- BOOKI – How to Write a Screenplay: A Primer – this takes us through some of the considerations of what makes a story work, plot, character, dialogue and scenes; the building blocks of any story.
- BOOKII – 7 Steps to a Stunning Script: A Workbook – the workbook offers templates and outlines for coming up with ideas, planning your story, developing characters and producing treatments.
- BOOKIII – Proper Formatting Technique: A Style Guide – this book runs through pretty much every formatting “rule” that a new writer may need to know to finish their first script.
- BOOKIV – Writing and Revising your Breakthrough Script: A Script Consultant’s View – this book explores how to rewrite your script and make it stand out from the crowd.
- BOOKV – How to Sell your Script: A Marketing Plan – Five steps to help you develop a plan for marketing yourself and your script.
Personally I have not yet used the information in Book V and I think Books I, II and IV are dealt with in many other texts; everyone has a different take on developing concepts and rewriting a script. However, for me, the Bible was incredibly important as a writer starting out because of Book III and because it deals with the main stumbling block for all us newbies; format. How the hell do I correctly format a script?
While there are many software packages out there that will help you with the main formatting issues like borders, tabs and spacing etc, what they can’t necessarily help you with is how to format a montage or a scene that happens over the telephone.What David does in Book III is provide some pages of a sample script that includes lots of examples of classic screenwriting format. I think David would be the first to admit that his way is not necessarily the ONLY way you can format a script, but if you start with these basics, you can’t go too far wrong. Once you develop your skills as a writer, you can learn other ways to format the same things and experiment with your own format but, for now, it will make life a lot easier if you start by following the “rules”. Learn how to walk before you can run.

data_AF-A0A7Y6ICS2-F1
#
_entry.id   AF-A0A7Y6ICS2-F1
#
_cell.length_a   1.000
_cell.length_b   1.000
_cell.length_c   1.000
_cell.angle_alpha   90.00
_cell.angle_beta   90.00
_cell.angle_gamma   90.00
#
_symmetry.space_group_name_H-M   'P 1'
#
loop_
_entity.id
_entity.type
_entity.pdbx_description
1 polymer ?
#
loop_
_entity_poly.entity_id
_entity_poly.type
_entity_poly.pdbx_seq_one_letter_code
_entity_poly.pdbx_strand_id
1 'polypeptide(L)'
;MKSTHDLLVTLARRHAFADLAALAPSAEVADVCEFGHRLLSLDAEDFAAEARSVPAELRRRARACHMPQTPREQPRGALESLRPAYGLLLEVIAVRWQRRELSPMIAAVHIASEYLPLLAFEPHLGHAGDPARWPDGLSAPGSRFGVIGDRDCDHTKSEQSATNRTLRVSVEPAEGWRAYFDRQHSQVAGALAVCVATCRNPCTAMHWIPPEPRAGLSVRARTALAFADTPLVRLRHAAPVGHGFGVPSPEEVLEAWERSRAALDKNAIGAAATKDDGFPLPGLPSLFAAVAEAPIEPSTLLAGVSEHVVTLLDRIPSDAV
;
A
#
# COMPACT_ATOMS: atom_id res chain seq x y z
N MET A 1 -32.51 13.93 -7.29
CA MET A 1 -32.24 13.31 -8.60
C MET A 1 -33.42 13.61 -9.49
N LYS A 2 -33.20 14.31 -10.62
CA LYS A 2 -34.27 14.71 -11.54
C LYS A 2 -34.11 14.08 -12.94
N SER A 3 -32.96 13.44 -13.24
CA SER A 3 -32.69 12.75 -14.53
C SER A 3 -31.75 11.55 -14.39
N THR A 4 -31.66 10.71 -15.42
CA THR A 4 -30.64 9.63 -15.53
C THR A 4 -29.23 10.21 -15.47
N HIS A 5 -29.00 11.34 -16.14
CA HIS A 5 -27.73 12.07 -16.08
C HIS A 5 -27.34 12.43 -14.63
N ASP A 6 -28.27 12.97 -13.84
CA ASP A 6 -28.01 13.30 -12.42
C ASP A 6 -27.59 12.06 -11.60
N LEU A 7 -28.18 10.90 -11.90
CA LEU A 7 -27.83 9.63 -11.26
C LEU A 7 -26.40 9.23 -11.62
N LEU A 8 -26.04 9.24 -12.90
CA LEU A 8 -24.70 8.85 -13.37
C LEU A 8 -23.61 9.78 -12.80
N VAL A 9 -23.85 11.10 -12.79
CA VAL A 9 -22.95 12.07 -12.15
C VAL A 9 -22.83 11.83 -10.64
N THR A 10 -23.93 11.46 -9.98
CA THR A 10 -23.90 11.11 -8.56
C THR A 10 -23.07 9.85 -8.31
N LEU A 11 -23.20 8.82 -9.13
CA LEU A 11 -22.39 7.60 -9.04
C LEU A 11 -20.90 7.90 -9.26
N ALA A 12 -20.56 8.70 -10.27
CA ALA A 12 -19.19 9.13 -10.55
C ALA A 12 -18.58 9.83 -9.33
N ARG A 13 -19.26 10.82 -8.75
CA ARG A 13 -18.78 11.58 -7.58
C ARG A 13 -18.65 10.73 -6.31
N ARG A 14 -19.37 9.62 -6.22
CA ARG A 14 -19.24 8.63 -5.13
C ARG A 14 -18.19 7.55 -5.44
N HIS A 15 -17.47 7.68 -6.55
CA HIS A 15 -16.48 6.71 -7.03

A lot of writers may balk at this and proclaim that “so-and-so” writer does this in “such-and-such” a script. They often do, but they are also often well-established and respected writers who can get away with it. I am sure that many writers, more experienced than I, would agree that getting your format right for your breakthrough script is vitally important.
In short, I really like the Screenwriter’s Bible and have bought reissues and updates in the past. It doesn’t come off the shelf as often as it used to as I am getting to grips with a lot of the basics. However, if there is something I am not sure about, or haven’t used for a while, I know I will more than likely be able to find an answer within it’s pages.
And if you can’t, then you might be able to through David’s website – Keep Writing and sell what you write
Do you use The Screenwriter’s Bible?
How has it helped you?
- Bang2Write – Screenplay Format One Stop Shop
- Simply Scripts – Screenplay Format
- Story Sense Screenplay Format Guide